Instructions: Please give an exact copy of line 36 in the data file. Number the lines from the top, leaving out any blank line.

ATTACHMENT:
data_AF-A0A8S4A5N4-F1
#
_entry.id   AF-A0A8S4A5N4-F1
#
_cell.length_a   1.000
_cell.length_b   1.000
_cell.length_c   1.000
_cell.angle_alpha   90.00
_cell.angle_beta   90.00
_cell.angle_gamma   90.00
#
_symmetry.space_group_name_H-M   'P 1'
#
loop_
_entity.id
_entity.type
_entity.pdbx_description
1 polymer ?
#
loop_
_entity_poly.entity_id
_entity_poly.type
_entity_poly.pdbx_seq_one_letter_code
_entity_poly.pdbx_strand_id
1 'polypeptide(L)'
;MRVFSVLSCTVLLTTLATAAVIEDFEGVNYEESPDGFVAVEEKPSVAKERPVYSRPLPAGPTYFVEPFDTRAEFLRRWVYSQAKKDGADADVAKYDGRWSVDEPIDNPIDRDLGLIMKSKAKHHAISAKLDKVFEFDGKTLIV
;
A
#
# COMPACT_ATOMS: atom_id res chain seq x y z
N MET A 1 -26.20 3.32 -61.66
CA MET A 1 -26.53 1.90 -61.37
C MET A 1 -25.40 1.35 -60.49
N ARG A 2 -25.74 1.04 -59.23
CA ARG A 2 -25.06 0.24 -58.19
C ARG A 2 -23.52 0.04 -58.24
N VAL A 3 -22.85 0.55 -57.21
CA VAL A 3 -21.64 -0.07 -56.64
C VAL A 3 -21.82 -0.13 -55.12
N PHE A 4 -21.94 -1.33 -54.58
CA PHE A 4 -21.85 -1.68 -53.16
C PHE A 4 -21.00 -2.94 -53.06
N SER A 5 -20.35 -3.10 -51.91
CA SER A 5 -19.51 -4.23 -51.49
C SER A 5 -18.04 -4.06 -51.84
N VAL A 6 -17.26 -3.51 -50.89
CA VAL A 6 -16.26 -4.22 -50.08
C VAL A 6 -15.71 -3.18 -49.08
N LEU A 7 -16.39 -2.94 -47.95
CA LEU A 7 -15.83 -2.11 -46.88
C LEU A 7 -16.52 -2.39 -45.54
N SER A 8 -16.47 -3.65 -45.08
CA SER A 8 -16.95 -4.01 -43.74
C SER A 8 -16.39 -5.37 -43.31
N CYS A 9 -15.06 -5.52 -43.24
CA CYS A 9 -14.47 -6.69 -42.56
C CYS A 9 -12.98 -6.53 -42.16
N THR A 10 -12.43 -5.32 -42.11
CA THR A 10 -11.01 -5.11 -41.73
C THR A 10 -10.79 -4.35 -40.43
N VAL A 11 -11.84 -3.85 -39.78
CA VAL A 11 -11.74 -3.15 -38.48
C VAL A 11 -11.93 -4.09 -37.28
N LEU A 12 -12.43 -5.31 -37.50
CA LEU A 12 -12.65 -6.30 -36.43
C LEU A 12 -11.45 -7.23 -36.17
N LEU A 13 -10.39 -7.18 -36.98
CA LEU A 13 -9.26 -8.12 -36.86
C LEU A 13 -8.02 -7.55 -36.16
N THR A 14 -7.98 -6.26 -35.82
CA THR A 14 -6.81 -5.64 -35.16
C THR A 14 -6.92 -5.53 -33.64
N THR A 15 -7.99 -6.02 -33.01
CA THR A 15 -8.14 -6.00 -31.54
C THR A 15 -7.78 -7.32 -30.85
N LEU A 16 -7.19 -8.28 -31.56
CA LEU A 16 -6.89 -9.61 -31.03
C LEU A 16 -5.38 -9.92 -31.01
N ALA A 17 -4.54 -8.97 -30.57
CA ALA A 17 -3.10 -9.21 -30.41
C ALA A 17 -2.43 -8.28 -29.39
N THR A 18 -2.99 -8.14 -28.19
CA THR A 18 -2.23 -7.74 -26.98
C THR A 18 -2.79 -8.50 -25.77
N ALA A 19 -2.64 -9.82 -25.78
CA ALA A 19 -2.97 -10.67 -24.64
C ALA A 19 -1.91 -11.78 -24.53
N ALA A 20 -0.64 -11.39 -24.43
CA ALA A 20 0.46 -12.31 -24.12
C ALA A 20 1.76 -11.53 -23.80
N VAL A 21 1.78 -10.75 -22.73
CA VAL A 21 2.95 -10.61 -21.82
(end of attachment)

C ARG A 2 -23.52 0.04 -58.24